A grateful standing O to reader Brian Salgado for sharing this recent by-mail triumph.
Besides autographing two cards, Bosman answered questions about his hot rod hobby.
Some readers might snort: hot rods have nothing to do with baseball.
I think they have everything to do with baseball.
To a fan/collector, the dream of being a major leaguer would be a lifetime passion. To the men who played, some might view the athletic employment as a short-term job.
Dick Bosman spent most of his career toiling for struggling teams.
Nevertheless, he gave the Senators many thrills, including a pair of one-hitters in 1969-70. History didn’t find the hurler until 1974. (Thanks, www.retrosheet.org.) His July 19 gem against the mighty Oakland Athletics wasn’t forgotten. The Cleveland hurler was acquired by the A’s that next season.
When did Bosman’s mind switch from “good game” to “possibly making history?” How did the Indians honor his accomplishment? He replied:
$1,500 raise and engraved pocket watch.”
Beginning in Washington, Bosman had the opportunity to pitch for manager Ted Williams. What did he learn from Williams that influenced him as a player, and later, as a coach?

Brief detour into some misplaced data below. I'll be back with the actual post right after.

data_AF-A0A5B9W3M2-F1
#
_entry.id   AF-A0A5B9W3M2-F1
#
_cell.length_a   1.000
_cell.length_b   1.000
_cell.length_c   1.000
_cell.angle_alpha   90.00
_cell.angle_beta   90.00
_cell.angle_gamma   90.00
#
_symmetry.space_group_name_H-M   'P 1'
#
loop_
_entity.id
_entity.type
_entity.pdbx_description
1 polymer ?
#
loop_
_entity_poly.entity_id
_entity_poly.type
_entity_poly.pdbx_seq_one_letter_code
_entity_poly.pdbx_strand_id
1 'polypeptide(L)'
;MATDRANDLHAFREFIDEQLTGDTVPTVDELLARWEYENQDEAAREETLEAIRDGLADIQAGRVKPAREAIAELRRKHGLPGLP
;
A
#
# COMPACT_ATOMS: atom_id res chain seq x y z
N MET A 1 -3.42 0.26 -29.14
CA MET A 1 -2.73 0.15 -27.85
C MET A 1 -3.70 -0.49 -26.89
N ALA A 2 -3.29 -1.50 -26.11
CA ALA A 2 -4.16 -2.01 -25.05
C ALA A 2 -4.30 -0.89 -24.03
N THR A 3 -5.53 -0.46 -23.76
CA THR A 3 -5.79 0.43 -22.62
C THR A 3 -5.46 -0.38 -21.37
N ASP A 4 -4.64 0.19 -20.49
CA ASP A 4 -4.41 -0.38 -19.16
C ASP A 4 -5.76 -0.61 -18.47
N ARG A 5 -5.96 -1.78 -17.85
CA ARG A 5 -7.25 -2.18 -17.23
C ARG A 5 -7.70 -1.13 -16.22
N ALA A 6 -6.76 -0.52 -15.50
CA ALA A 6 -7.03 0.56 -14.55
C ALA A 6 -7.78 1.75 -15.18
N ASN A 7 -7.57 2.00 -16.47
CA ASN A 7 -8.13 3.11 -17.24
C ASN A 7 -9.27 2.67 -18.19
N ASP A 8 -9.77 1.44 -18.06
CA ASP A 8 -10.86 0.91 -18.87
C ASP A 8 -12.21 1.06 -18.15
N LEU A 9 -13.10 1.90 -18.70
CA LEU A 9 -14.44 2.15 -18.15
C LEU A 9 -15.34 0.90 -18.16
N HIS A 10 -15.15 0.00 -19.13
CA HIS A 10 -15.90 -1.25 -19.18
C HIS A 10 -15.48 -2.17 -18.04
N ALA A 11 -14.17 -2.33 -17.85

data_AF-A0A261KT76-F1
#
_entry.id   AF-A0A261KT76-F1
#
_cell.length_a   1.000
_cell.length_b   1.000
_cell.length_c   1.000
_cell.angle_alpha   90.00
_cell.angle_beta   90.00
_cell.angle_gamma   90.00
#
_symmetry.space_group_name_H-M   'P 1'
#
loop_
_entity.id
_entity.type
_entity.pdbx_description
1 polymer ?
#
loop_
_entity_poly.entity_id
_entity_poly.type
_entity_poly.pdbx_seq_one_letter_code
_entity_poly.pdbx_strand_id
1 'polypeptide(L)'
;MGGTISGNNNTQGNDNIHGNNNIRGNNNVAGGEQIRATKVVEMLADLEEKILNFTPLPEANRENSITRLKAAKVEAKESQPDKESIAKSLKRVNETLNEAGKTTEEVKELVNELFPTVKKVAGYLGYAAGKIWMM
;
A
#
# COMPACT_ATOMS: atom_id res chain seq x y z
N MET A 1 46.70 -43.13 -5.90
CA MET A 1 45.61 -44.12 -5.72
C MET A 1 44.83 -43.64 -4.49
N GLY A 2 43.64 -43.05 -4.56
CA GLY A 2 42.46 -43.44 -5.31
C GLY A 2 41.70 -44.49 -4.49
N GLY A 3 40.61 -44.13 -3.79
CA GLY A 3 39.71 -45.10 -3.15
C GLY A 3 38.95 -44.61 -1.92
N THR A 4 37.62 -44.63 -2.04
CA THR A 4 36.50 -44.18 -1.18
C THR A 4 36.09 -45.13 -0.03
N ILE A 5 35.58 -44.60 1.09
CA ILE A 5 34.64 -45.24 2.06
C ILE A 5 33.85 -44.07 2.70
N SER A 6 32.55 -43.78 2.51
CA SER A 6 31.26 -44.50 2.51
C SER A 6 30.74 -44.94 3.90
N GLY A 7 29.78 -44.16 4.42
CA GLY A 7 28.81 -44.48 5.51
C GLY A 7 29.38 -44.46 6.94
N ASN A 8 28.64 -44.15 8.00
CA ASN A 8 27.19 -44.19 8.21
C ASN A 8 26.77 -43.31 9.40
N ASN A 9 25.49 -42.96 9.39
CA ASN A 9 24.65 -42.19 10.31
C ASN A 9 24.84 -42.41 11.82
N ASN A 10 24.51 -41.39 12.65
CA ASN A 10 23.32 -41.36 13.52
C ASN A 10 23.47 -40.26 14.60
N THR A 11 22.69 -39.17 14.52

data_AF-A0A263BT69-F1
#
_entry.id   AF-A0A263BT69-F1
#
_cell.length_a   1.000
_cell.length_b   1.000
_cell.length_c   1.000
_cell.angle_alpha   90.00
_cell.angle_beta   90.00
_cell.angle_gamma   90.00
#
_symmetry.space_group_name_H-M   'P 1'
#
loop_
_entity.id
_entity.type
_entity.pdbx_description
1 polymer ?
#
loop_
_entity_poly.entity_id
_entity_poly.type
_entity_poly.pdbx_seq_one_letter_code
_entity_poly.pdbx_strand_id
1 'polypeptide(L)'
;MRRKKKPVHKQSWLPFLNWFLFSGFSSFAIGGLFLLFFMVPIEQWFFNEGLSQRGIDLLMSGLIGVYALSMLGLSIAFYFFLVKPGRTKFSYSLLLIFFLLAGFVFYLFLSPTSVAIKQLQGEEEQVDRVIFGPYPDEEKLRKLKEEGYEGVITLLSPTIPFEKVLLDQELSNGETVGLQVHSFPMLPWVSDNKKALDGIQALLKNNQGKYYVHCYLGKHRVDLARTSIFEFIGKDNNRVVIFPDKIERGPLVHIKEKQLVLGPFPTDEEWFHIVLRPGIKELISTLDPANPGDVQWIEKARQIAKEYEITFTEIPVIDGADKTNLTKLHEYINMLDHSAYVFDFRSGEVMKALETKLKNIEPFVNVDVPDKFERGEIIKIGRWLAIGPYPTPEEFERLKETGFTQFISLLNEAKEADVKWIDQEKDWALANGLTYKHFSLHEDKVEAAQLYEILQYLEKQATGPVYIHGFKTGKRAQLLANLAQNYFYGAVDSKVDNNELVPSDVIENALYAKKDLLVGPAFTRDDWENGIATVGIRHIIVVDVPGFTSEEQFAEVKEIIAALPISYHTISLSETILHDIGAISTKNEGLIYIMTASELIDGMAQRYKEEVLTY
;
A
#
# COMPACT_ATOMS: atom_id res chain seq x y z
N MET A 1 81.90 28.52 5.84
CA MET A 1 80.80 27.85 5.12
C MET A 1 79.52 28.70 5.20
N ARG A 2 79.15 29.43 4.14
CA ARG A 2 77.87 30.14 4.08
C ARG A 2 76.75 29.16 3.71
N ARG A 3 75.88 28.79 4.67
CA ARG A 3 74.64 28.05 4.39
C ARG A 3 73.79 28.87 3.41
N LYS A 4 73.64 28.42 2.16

“The mental game of pitching.”
Williams witnessed Bosman’s transformation, including a league-leading 2.19 ERA in 1969. How did he feel about winning an ERA crown?
“It was my first good year. It gave me a lot of confidence.”
Tomorrow: Dick Bosman sums up nearly five decades in pro ball.
|Bosman: “It gave me a
lot of confidence.”
Some players and coaches have mere careers.
The lucky ones have LIVES in baseball. Dick Bosman may head this list. He wrote:
“I achieved more than I thought I could, had a great time, learned volumes about life, myself, and of course, how to pitch in the big leagues.
I’m proud and humbled to have played with and against some of the best ever to have played the game.
There’s not much I would do differently. I had a ball!
I still enjoy the game. I’m the pitching coordinator for Tampa Bay.
Thanks for your interest,